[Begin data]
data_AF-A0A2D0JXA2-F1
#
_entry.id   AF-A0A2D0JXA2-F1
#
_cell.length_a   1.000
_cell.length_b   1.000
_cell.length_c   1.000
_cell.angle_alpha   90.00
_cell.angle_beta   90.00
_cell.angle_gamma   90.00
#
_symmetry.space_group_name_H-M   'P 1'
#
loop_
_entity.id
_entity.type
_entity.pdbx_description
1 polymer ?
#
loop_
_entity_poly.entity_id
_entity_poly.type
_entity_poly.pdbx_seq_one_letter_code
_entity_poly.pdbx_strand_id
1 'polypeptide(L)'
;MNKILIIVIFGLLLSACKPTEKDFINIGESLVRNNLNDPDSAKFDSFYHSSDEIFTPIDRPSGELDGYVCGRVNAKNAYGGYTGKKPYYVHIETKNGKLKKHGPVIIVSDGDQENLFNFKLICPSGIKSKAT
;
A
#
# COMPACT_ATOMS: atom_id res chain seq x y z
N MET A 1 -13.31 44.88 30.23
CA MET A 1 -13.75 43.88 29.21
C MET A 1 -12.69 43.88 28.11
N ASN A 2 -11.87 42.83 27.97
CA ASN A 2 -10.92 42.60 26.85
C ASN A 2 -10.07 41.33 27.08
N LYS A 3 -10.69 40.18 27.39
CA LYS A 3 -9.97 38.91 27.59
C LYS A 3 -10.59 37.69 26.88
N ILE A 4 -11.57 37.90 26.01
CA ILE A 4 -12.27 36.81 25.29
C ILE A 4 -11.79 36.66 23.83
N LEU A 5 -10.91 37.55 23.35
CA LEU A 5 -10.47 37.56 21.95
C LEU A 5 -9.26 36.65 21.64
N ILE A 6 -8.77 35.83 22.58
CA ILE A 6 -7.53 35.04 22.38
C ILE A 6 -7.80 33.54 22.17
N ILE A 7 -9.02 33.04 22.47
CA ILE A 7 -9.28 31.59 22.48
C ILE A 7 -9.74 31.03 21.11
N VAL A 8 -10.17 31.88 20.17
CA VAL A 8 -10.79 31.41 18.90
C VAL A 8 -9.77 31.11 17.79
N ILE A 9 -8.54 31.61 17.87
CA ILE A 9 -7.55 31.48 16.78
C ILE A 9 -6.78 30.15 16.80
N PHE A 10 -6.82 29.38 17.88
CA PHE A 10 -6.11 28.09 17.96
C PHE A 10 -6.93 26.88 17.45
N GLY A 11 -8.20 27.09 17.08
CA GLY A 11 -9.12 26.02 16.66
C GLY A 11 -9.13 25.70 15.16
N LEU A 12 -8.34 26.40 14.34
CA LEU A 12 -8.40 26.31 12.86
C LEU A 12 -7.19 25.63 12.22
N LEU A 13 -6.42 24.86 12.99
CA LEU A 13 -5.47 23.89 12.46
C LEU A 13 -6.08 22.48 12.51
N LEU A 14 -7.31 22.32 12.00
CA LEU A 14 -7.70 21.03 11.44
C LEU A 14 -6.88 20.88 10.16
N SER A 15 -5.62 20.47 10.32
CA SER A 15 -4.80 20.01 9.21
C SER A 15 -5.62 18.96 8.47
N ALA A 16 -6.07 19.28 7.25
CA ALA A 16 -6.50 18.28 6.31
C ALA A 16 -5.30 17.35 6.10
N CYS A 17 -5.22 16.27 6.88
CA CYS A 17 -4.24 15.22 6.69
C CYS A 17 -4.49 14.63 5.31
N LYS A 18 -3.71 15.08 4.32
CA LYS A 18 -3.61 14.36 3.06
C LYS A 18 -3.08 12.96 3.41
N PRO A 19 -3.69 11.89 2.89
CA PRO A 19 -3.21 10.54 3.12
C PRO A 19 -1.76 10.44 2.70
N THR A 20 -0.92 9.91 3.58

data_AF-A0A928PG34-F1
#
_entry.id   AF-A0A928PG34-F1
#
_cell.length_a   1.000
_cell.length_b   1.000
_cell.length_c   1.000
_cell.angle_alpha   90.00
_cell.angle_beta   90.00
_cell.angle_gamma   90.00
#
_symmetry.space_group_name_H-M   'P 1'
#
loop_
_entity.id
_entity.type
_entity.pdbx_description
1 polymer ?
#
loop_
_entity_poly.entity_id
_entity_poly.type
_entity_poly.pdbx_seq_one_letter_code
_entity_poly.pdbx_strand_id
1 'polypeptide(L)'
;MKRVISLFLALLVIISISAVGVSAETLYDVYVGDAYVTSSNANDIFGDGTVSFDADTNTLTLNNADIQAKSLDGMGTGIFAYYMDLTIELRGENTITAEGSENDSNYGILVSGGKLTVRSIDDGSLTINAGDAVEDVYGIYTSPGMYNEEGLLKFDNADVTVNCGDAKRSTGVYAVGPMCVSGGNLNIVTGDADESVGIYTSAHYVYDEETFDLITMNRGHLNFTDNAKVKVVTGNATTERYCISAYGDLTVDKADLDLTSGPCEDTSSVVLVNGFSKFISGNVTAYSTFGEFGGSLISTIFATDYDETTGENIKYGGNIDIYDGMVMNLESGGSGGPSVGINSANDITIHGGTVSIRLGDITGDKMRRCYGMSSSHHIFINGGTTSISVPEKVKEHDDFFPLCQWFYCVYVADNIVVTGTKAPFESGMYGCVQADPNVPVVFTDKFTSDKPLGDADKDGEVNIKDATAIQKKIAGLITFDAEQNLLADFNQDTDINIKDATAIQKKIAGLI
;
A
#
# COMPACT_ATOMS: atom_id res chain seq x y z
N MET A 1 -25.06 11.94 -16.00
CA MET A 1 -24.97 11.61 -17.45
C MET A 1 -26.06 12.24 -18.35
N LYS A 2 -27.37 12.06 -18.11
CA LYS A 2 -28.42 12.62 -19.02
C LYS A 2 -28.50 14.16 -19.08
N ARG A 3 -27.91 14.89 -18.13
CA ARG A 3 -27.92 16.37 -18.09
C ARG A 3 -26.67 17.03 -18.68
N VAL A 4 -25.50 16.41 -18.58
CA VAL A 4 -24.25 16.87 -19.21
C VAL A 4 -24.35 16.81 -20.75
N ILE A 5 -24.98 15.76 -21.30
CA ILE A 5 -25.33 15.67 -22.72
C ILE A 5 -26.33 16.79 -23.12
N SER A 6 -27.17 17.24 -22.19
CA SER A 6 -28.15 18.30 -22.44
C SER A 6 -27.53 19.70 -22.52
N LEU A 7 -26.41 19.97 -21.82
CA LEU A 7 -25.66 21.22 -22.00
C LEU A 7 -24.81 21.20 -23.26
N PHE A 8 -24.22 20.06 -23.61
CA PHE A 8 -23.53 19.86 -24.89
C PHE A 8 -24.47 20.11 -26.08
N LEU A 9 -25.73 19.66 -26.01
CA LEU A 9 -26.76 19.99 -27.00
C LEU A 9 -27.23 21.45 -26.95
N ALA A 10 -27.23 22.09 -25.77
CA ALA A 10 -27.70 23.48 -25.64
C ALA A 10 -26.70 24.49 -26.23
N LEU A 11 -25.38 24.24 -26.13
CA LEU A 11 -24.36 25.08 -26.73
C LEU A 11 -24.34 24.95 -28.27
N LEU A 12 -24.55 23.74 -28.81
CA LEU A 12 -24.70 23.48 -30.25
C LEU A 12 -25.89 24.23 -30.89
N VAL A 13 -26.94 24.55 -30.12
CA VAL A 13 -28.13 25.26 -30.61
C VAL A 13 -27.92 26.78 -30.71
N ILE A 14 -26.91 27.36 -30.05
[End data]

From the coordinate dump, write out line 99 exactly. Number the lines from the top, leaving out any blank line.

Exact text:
#